That’s where the single narrative becomes so dangerous. Because people don’t know the history of the region, and they don’t understand its problems. Yet many of those same people have a great number of preconceived notions they aren’t afraid to unleash.
The Appalachian region faces an uphill battle to survive. But that’s how it was designed. If the region — and its people — have any chance to prosper, it’ll come from the most boring of places: infrastructure building.
As I sat down to write this book, I was faced with this strange tightrope act: I wanted to write a book about why Appalachia and its people ended up as they have, but I also needed to acknowledge its sometimes brutal and horrible history.
The things that have always sustained me, and carried me through the darkness, and given me a world with color: the writing, and the voices, and the stories. I’ve found my voice in the wilderness. I’ve found other voices in the wilderness.
We tell ourselves that sports teaches valuable lessons. But what does that actually mean? As the Florence Freedom prepare to host the Frontier League’s Y’All-Star game, author Brad King explores those questions with the independent league baseball players.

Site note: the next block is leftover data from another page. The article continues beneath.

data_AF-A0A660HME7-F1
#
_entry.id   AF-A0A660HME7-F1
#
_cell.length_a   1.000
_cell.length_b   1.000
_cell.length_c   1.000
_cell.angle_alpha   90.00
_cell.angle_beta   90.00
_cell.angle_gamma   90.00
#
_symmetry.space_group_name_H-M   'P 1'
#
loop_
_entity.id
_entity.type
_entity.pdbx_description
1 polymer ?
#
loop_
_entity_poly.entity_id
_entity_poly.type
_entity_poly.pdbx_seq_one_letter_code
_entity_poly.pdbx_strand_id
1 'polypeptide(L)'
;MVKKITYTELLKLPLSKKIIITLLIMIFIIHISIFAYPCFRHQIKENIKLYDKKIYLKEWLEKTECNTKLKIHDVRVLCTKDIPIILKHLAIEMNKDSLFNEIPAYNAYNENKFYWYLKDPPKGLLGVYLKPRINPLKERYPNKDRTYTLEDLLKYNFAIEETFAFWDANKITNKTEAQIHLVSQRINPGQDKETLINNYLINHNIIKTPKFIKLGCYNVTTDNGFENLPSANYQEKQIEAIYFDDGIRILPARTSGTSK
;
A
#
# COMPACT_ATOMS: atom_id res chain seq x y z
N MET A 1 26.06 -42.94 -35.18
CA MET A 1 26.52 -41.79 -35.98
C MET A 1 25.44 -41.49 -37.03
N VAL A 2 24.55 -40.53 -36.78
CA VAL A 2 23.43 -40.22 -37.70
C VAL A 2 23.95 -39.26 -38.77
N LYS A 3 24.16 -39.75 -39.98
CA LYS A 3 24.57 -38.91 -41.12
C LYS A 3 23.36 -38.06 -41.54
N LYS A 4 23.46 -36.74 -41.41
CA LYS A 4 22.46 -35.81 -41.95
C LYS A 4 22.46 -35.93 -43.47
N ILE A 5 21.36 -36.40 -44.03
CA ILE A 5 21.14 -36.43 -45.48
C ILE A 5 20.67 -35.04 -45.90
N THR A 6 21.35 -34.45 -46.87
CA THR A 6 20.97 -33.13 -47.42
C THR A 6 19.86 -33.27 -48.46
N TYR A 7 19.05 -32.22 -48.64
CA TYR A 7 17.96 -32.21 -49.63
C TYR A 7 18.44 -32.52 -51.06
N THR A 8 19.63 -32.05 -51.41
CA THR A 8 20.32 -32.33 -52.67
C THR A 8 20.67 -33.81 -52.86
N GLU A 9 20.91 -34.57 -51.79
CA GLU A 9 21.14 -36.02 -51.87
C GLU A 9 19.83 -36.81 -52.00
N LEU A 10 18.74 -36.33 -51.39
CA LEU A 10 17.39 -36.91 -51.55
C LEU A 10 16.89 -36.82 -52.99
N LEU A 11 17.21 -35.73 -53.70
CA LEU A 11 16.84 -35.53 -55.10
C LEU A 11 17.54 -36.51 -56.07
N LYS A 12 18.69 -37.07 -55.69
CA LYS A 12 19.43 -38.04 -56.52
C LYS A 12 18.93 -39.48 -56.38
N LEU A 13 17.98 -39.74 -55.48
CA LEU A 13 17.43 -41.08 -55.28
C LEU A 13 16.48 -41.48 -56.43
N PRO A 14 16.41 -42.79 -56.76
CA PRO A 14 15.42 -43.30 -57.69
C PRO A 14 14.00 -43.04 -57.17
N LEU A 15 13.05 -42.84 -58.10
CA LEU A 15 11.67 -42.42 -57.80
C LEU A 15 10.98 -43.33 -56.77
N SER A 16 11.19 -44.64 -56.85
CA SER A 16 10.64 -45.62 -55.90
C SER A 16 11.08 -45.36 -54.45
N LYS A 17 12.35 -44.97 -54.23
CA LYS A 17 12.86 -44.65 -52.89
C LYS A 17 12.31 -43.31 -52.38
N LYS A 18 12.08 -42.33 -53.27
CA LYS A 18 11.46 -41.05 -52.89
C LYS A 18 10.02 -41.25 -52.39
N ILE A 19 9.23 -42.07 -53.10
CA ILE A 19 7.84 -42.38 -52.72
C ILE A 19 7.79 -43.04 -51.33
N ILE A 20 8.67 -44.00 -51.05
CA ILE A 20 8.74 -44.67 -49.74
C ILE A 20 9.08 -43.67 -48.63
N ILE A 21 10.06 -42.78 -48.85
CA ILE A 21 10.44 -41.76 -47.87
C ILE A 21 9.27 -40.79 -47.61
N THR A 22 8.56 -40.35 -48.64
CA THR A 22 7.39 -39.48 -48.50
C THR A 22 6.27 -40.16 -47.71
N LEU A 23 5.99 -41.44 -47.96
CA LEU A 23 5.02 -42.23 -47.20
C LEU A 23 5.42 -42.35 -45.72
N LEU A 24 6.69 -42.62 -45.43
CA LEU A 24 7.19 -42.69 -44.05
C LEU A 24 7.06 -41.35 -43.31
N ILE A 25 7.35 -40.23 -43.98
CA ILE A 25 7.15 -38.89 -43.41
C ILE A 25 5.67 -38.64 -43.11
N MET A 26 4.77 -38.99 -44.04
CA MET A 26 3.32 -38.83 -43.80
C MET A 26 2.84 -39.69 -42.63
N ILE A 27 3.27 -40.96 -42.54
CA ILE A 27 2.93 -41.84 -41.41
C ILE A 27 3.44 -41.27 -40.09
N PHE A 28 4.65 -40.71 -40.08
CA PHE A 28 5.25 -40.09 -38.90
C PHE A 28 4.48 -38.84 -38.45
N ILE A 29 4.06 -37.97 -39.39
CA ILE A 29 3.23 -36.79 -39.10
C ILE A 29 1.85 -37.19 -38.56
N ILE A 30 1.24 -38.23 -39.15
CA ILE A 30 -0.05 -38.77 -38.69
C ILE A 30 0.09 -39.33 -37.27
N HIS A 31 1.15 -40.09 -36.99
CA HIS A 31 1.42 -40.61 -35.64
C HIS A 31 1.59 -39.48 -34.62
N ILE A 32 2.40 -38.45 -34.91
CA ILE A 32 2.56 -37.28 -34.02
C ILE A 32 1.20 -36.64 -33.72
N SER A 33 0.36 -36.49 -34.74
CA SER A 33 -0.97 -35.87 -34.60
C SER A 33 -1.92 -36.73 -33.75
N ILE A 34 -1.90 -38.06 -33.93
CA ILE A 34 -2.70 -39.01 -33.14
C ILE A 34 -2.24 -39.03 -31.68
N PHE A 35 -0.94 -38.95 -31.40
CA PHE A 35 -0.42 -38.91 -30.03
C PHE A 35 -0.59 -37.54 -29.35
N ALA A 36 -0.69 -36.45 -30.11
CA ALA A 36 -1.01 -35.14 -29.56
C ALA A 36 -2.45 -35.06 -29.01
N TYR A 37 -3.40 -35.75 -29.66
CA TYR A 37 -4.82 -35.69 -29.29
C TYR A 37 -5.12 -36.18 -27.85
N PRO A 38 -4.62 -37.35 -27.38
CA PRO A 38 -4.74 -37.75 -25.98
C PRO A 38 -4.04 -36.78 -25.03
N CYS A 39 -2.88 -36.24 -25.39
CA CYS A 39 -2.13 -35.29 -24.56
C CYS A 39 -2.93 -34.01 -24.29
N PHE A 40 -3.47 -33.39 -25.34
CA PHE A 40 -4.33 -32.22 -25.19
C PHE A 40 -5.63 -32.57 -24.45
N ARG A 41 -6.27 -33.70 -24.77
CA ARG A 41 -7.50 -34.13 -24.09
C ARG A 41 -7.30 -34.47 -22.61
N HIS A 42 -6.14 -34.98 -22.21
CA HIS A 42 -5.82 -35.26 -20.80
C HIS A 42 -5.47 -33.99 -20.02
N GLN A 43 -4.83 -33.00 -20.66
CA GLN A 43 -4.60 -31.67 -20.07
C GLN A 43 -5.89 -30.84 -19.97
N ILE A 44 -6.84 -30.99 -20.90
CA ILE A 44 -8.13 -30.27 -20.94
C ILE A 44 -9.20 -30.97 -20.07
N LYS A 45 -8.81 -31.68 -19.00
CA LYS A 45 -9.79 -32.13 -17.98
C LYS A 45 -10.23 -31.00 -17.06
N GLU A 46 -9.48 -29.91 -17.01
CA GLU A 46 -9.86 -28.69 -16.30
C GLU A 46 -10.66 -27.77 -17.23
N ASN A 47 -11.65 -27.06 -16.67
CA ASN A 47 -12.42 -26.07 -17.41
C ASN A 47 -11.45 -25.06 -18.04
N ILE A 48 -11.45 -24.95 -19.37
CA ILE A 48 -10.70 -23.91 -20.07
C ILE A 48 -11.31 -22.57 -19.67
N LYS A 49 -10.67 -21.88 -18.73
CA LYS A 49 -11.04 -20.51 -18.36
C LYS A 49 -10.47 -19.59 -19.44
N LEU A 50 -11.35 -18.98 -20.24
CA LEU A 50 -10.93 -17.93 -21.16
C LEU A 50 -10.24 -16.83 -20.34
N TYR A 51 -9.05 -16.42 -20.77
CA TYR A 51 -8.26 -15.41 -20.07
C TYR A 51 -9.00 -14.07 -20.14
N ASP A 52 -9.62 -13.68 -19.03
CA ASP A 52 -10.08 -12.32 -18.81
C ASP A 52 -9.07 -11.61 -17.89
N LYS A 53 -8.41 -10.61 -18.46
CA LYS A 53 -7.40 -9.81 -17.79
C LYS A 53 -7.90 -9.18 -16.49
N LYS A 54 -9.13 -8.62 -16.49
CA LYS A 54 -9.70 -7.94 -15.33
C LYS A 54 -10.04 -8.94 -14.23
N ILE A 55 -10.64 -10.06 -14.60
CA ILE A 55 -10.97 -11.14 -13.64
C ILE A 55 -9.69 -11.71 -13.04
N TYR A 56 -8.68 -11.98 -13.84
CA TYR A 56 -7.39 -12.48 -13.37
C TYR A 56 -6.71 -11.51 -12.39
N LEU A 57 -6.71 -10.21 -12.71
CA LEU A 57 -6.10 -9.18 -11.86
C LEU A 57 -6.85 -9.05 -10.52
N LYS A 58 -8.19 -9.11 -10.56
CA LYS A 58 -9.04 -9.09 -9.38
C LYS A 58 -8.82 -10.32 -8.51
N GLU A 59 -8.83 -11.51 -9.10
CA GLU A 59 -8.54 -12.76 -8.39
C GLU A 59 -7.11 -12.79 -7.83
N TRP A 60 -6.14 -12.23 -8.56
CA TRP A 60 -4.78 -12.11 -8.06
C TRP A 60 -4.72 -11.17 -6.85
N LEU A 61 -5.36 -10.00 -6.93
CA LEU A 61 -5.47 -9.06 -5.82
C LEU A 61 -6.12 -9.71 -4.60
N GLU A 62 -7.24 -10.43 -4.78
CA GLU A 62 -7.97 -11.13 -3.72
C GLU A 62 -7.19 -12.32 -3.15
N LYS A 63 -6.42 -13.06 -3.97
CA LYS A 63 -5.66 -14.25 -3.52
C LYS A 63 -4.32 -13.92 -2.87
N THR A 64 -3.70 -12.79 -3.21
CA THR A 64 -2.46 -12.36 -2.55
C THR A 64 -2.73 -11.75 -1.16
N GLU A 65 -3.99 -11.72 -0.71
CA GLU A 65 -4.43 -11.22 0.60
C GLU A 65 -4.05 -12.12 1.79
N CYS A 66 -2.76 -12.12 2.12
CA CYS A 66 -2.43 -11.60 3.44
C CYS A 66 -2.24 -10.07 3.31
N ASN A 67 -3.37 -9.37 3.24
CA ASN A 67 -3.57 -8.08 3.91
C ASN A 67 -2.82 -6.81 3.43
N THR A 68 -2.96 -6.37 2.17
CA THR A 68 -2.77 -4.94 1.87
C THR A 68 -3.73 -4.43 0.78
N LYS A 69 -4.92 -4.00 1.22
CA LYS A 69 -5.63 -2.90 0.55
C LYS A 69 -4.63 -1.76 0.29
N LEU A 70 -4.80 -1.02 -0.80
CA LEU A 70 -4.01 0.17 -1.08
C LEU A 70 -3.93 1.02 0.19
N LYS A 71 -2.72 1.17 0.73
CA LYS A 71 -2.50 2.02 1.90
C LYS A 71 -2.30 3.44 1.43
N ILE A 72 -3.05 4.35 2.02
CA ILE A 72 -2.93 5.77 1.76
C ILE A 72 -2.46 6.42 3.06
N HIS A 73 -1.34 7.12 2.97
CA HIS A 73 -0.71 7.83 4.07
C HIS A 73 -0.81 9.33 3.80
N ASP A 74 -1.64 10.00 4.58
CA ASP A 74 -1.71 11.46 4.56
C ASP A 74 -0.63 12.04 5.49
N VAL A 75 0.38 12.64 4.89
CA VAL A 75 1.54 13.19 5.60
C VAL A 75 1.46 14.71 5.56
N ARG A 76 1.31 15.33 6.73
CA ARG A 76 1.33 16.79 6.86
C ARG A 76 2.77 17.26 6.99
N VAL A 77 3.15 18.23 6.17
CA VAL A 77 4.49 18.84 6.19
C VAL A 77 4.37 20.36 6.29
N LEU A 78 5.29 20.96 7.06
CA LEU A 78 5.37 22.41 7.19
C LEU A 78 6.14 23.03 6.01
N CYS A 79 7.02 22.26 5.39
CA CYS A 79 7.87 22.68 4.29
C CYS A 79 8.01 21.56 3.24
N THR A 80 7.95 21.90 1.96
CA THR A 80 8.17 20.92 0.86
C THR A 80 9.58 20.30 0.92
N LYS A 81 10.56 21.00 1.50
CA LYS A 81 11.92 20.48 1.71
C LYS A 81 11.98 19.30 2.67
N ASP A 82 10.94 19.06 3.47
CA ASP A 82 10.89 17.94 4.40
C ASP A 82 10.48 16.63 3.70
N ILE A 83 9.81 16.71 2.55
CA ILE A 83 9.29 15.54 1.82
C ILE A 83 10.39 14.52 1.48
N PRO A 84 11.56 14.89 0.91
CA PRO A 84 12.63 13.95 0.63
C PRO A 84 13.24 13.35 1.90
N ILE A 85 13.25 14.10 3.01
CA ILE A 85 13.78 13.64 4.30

Zach, 25, only played baseball for three years. His parents were divorced, and he didn’t really have anyone around to teach him the game. More than a decade later, he bought season tickets to the Pirates. This is why he did that. Follow the book project on Facebook, Instagram, or subscribe to the CATCH mailing […]
Liam Coghlan, 26, is facing the end of his baseball career after an ACL injury in college. Because of that, he started Diamond and a Dream at The Vandal, an organization that will use baseball to help teach kids about life. Still, I asked went through his head when the doctor’s told him he might […]
Author Trey Dowell said if he and wife had a child, he’d definitely teach him the game. I asked him why he was so adamant about that (because it’s a sentiment I’ve heard expressed in nearly every interview).